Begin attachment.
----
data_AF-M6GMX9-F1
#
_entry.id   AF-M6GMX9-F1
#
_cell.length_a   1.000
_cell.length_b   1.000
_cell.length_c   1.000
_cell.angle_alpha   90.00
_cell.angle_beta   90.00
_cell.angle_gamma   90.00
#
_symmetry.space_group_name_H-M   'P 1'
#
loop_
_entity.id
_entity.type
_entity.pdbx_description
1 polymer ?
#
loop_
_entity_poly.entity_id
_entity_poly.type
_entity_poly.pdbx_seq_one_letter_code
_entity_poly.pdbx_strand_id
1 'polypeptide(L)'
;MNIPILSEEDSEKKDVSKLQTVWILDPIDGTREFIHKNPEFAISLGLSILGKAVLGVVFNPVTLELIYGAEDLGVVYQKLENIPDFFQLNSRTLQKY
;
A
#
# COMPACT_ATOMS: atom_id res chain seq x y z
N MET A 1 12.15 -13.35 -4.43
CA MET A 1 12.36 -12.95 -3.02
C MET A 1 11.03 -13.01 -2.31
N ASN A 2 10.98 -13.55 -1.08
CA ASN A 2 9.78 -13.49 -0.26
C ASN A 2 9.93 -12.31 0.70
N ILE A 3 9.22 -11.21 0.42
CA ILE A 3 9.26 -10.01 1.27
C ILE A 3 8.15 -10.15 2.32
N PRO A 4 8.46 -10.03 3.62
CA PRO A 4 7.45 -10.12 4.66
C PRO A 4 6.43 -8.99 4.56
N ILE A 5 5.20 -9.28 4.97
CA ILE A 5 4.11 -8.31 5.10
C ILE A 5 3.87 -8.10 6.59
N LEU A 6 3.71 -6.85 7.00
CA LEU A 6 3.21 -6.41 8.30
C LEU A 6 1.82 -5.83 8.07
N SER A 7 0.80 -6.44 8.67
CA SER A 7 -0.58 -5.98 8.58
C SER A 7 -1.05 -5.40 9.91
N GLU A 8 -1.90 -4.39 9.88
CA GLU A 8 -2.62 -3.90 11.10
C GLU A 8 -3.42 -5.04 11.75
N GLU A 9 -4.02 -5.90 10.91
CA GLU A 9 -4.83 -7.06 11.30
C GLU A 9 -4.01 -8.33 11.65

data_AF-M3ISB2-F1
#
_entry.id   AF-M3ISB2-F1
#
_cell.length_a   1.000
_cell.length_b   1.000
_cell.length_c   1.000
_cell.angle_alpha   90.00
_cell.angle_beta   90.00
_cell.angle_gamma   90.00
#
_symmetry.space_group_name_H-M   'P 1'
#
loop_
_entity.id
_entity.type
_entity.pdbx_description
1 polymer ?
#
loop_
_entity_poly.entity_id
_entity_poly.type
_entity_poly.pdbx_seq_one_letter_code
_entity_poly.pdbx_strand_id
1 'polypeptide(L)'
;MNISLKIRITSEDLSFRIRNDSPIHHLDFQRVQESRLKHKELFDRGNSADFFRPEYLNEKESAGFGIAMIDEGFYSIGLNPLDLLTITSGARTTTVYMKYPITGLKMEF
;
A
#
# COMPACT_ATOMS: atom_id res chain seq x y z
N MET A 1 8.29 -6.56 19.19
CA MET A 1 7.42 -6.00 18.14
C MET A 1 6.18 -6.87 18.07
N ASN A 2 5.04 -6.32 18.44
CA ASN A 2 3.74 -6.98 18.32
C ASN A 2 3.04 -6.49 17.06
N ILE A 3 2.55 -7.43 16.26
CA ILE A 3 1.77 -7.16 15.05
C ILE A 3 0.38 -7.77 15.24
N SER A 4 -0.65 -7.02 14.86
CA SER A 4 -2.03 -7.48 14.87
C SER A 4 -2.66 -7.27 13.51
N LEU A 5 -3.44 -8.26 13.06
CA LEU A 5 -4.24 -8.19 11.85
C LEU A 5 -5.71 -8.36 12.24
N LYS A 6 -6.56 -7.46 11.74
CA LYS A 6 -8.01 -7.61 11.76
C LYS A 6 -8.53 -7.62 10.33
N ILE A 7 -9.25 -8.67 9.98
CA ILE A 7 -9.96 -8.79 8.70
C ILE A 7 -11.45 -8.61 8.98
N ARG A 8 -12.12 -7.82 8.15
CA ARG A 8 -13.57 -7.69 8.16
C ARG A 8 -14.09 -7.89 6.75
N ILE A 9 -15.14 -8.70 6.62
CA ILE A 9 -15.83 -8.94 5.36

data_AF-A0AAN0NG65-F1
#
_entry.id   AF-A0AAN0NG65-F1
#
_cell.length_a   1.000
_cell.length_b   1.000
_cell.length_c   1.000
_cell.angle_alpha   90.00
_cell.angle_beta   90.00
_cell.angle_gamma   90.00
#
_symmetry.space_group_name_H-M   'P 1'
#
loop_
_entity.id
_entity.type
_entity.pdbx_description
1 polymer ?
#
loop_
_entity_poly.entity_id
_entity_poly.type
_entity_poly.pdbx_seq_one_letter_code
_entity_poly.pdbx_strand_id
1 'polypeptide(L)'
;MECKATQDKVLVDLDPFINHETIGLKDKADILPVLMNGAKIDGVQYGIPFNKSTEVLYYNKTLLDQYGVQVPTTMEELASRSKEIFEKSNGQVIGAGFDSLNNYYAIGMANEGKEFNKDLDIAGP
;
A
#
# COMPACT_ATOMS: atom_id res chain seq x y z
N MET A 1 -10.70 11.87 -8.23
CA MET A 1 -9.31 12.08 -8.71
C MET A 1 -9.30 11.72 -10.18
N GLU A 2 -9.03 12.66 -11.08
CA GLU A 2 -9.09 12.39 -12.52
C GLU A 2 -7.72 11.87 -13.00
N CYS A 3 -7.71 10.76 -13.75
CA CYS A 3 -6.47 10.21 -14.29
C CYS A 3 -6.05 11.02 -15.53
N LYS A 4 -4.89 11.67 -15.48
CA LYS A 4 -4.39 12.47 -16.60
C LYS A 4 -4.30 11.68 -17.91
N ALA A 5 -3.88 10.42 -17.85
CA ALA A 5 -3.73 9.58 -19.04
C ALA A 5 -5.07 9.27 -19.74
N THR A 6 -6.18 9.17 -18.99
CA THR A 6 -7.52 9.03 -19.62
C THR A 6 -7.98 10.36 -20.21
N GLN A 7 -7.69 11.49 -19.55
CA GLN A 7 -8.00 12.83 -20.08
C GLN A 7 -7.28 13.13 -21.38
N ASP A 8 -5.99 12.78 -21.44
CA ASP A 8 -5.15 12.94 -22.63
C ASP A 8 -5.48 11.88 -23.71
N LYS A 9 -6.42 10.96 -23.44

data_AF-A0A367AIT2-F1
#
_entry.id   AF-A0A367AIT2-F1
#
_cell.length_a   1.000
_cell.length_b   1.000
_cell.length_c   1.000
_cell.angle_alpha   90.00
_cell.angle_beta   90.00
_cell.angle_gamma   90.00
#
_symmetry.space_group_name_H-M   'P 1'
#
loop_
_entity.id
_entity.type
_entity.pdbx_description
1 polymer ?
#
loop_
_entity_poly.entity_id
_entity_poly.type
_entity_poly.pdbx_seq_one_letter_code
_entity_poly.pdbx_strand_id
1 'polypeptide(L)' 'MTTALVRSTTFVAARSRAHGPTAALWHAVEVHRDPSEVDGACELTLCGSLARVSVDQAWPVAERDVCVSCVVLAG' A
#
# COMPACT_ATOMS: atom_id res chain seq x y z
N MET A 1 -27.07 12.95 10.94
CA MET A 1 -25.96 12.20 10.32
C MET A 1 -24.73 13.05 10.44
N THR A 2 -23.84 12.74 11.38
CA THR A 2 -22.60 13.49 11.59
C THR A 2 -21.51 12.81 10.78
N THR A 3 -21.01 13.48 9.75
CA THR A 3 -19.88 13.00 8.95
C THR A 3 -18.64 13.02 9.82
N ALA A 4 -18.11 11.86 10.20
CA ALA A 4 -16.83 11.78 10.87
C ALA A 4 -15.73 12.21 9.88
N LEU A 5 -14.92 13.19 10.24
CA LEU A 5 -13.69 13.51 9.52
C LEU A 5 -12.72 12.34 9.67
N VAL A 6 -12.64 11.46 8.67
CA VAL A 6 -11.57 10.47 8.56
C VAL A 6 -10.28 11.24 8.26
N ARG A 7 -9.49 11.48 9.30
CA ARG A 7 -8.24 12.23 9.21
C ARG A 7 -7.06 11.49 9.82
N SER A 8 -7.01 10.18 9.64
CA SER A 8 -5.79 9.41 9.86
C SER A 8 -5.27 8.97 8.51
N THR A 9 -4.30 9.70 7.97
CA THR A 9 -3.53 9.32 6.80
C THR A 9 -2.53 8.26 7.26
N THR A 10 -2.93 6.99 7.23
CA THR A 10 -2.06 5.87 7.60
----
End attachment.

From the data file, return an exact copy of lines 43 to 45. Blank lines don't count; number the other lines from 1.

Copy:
N ILE A 5 5.20 -9.28 4.97
CA ILE A 5 4.11 -8.31 5.10
C ILE A 5 3.87 -8.10 6.59